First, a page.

TFSA Pension: A Top Canadian Dividend Stock for Retirees Who Want to Avoid OAS Clawbacks

Searching for tax-free ways to supplement OAS pension income and avoid a clawback? Top dividend stocks now offer attractive yields for TFSA investors.

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Top Canadian dividend stocks now offer yields that investors haven’t seen since the Great Recession.

TFSA investing

Retirees are among the top buyers of dividend stocks, and the emergence of the Tax-Free Savings Account (TFSA) more than a decade ago has helped seniors put more money in their pockets.

How?

Any income generated inside a TFSA isn’t taxed. In addition, the CRA does not use any of the money taken out of the TFSA to calculate net world income when determining OAS clawbacks.

This is a big deal for retirees who might have generous company pensions, CPP, OAS, and even RRIF payments.

The OAS clawback kicks in at $79,054 for the 2020 tax year. Every dollar in income above that amount triggers a 15 cent OAS pension recovery tax.

Best dividend stocks today

The market crash is serving up juicy yields across the TSX Index. Dividend cuts are likely on the way in some sectors, so investors need to be careful. Generally, you want to own companies that provide essential services with strong track records of delivering steady dividend growth supported by rising revenue and profits.

Let’s take a look at one stock that might be an interesting pick for a TFSA income fund today.

Royal Bank of Canada

Royal Bank of Canada (TSX:RY)(NYSE:RY) is Canada’s largest financial institution by market capitalization. It’s also among the top 15 in the world.

The bank has a strong capital position with a CET1 ratio of 12%, which should be adequate to get it through the pandemic downturn, but we are in unprecedented time.

As an added support, the Canadian government is providing the country’s banks with added liquidity through $150 billion in mortgage purchases. Ottawa is also providing guarantees on new loans through partnerships with EDC and BDC.

Risks?

Widespread unemployment due to the coronavirus is already above estimates, and the coming months will be difficult for homeowners and businesses alike. Defaults will certainly rise, and a wave of residential and commercial property listings could trigger a meltdown in prices.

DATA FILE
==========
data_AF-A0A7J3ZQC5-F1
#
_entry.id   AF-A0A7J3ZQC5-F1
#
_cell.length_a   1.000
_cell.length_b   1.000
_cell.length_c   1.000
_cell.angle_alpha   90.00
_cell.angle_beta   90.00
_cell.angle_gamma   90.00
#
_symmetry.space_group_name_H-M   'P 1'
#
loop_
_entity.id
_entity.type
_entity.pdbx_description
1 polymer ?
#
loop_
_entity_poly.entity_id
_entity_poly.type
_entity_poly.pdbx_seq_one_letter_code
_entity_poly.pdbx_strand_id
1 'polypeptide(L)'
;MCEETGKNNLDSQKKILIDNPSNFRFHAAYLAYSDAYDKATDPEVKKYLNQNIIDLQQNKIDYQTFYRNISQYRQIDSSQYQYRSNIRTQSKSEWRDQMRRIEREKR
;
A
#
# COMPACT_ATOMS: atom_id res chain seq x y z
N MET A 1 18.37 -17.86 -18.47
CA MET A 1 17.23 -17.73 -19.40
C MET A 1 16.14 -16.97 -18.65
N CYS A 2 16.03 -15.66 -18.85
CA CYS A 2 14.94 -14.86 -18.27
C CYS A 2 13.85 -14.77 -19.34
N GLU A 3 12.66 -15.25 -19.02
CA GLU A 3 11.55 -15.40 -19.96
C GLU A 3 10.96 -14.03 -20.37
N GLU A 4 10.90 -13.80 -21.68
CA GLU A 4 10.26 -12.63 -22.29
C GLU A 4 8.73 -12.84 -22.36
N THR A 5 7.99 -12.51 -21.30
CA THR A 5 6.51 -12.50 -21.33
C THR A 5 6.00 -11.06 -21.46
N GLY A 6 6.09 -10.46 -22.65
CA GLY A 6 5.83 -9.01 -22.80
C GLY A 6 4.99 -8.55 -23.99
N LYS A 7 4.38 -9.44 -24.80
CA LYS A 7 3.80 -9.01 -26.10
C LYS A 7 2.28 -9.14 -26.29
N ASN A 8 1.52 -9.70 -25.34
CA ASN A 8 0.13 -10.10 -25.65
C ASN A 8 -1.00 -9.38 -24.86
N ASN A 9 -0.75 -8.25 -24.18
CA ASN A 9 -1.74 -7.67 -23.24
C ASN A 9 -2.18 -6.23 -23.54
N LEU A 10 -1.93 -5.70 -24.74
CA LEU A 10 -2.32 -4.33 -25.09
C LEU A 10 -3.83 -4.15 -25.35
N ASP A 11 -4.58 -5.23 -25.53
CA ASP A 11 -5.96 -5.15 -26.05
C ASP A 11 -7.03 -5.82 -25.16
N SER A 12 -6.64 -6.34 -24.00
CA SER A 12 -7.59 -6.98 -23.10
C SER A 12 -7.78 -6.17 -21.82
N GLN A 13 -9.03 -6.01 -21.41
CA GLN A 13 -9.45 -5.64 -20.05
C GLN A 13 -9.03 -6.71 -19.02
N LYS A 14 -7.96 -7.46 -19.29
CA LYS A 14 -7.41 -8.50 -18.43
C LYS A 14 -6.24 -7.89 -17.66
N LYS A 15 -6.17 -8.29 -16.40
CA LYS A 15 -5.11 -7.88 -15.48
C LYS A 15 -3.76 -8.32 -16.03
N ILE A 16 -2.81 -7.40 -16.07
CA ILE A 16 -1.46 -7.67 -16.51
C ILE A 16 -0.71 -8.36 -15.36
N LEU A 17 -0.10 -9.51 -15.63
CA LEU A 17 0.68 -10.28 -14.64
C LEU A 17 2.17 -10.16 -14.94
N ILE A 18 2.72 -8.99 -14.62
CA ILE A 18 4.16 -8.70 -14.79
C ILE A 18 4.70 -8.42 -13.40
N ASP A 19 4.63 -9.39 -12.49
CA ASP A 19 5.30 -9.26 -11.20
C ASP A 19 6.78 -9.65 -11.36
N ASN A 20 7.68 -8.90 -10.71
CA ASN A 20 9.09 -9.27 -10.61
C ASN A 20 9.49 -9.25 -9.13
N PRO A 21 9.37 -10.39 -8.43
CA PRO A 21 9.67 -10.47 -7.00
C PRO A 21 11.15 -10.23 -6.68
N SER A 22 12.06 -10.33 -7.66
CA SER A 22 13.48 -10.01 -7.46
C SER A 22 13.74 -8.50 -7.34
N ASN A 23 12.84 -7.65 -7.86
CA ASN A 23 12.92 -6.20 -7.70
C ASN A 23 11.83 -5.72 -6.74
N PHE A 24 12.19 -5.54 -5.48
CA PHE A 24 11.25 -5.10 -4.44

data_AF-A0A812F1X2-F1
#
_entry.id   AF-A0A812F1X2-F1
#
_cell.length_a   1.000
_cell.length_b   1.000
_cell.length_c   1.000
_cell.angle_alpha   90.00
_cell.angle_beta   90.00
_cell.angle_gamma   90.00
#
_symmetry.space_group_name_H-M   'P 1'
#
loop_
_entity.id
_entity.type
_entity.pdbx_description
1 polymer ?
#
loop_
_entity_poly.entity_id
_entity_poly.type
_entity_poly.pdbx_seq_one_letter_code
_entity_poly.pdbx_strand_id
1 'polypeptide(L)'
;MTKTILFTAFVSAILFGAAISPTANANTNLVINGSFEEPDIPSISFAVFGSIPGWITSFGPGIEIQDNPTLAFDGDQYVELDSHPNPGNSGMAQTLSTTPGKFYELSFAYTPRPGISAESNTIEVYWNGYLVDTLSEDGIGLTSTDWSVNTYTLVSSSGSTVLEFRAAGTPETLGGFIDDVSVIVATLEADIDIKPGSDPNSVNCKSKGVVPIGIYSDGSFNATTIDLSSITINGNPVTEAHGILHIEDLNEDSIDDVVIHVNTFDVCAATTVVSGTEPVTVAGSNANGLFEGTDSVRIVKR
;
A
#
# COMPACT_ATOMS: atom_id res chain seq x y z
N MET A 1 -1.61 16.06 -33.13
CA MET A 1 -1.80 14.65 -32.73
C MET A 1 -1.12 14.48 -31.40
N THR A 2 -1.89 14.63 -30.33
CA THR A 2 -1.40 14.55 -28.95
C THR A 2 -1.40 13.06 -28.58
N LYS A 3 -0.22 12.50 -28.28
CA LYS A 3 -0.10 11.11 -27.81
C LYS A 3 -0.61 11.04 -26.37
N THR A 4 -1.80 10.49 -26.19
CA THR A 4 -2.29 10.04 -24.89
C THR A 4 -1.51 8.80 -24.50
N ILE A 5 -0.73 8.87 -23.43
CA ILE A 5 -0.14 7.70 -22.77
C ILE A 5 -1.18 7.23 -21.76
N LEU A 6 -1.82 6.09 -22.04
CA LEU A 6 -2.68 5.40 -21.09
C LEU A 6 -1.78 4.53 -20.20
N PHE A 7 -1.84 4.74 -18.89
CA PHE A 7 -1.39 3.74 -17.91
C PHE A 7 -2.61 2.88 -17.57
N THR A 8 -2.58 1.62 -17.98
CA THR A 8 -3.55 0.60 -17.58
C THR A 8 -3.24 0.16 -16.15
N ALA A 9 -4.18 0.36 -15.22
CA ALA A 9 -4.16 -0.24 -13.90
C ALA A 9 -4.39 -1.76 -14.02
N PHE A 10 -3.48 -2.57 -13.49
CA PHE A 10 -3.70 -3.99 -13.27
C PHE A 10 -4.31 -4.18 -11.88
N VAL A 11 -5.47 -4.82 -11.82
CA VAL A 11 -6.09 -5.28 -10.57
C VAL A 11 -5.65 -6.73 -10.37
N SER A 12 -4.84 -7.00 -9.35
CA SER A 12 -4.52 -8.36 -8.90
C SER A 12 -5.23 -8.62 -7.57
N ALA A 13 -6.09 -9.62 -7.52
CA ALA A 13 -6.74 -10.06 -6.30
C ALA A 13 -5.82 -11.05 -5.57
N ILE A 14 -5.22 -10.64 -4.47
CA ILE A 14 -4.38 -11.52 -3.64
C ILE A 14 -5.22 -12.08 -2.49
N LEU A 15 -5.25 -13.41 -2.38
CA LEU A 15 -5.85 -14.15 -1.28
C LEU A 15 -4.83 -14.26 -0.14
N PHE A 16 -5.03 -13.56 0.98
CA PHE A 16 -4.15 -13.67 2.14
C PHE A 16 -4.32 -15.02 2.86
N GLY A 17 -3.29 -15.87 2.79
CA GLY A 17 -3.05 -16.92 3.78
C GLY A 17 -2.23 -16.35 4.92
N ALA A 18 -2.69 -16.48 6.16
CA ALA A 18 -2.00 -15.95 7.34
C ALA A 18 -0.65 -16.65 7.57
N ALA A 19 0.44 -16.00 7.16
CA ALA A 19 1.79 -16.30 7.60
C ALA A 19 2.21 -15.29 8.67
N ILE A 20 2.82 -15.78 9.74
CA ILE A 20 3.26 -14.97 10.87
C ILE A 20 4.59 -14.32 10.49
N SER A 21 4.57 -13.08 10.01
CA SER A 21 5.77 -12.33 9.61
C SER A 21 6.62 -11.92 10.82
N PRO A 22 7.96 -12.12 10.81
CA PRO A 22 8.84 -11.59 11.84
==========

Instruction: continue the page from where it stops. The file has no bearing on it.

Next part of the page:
In an effort to minimize personal and company bankruptcies, the Canadian government is putting measures in place to support people who are out of work and provide aid to businesses during the current economic downturn. We will have to see if the efforts have the desired impact in a timely manner.

Upside

Despite the near-term uncertainty, however, Royal Bank should be able to ride out the storm.

The institution generated nearly $13 billion in adjusted profits in fiscal 2019, and a good chunk of the revenue stream is secure. While the 2020 results could be lower, investors could see a strong recovery in 2021.

The company has invested heavily in its digital banking operations in recent years, which should help Royal Bank serve its large customer base during the current downturn.

Royal Bank trades at $86 per share compared to $108 in February. Investors who buy the stock today can pick up a 5% yield. The dividend should be very safe and you have a shot at some nice upside in the stock price when the recovery occurs.

The bottom line

Retirees with some cash sitting on the sidelines can use the TFSA to generate income that won’t put OAS payments at risk. Royal Bank offers an attractive yield and should be a solid buy-and-hold pick.

The TSX Index is home to many top-quality dividend stocks that appear cheap right now and should continue to deliver strong dividend growth in the coming years.

This article represents the opinion of the writer, who may disagree with the “official” recommendation position of a Motley Fool premium service or advisor. We’re Motley! Questioning an investing thesis — even one of our own — helps us all think critically about investing and make decisions that help us become smarter, happier, and richer, so we sometimes publish articles that may not be in line with recommendations, rankings or other content.

Fool contributor Andrew Walker has no position in any stock mentioned.

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